Jaws is an American thriller film directed by Steven Spielberg and released in 1975. The film was based on the 1974 novel by Peter Benchley. It was the highest-grossing film of all time until Star Wars came out. But did you know the film was not originally supposed to be shot from the point of view of the shark?
Steven Spielberg planned to create a giant mechanical shark for realism in “Jaws,” but its continual malfunctions proved to be a financial nightmare, so he settled for the less expensive approach of shooting from the shark’s point of view instead.
The Making of the Blockbuster Thriller
The beast at the center of Steven Spielberg’s groundbreaking blockbuster thriller Jaws is unseen for most of the film’s running length and is one of the picture’s most prominent and impactful features.
However, because the mechanical shark was a nightmare to operate, this solution would eventually inspire numerous horror films. Without a functional shark, Spielberg was compelled to find another way to heighten the film’s dread and suspense. This gave rise to a new horror technique was created.
Even though the great white shark is primarily concealed underwater throughout the film, Spielberg uses clever camera techniques and John Williams’ primary yet sinister soundtrack to create tension.
The film’s opening sequence, an image of something swimming through shallow seas before spotting an unsuspecting beach partygoer and pulling her down, is iconic. This scene defines the tone for the rest of the film: a growing dread of what lurks beneath the waves, even as beachgoers enjoy their time in the water.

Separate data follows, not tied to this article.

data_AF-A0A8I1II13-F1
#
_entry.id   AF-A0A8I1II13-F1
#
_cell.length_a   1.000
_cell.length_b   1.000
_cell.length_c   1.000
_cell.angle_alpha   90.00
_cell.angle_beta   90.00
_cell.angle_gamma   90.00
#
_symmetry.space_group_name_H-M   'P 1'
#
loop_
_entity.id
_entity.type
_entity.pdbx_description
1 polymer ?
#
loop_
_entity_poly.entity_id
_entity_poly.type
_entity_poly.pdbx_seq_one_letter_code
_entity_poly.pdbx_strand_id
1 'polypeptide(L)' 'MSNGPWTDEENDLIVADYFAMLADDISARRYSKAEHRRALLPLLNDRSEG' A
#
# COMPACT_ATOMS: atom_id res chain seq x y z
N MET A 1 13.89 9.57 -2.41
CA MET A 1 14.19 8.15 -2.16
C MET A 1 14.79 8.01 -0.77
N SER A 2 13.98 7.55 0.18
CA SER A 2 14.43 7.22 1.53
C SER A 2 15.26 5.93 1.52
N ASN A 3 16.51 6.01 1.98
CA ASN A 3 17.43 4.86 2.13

By displaying only segments of the shark, Spielberg indicates its magnitude. A dorsal fin sliced through the water or a shadow beneath the surface. Even in the film’s action-packed conclusion, when the big white is eventually shown, Spielberg refrains from displaying too much detail.
Quint connects barrels to the predator as a means for him and the viewer to follow the shark’s movements and a way for the director to save money by not using the malfunctioning shark animatronic. (Source: Screen Rant)
How Did the Malfunctioning Shark Give Rise to a New Filming Style?
Even before the technological disasters, Jaws was facing production issues. The script was still being revised at the time of filming, and executives were concerned about the high budget under the guidance of an unknown and unproven director.
The seas off the shore of Martha’s Vineyard, on the other hand, were the final straw for the mechanical shark.
In truth, Spielberg had commissioned three different replicas of the great white, all affectionately dubbed Bruce, but none worked correctly or looked quite realistic. When the team lowered Bruce into the Nantucket Sound, he slid to the bottom almost immediately.
His handlers learned with fear that the shark animatronic had only been tested in freshwater. The seawater corroded the beast’s interior and exterior, seeping into the pneumatic hoses and making Bruce nearly hard to control.
Spielberg was allegedly concerned he would never work in Hollywood again as the budget steadily ballooned. However, the pressure prompted him to hint at the monster’s presence cleverly rather than show it off in full glory. Finally, Spielberg attributed the big white turd, as he derisively referred to Bruce, with the film’s horrific effect, explaining:
The film went from a Japanese matinee horror flick to more of a Hitchcock, the-less-you-see-the-more-you-get thriller.Steven Spielberg
In the same way that his hero Alfred Hitchcock had inspired him, Spielberg overcame adversity to master some of the most impactful filmmaking methods and become one of the industry’s most recognized directors, influencing numerous filmmakers with Jaws. (Source: Screen Rant)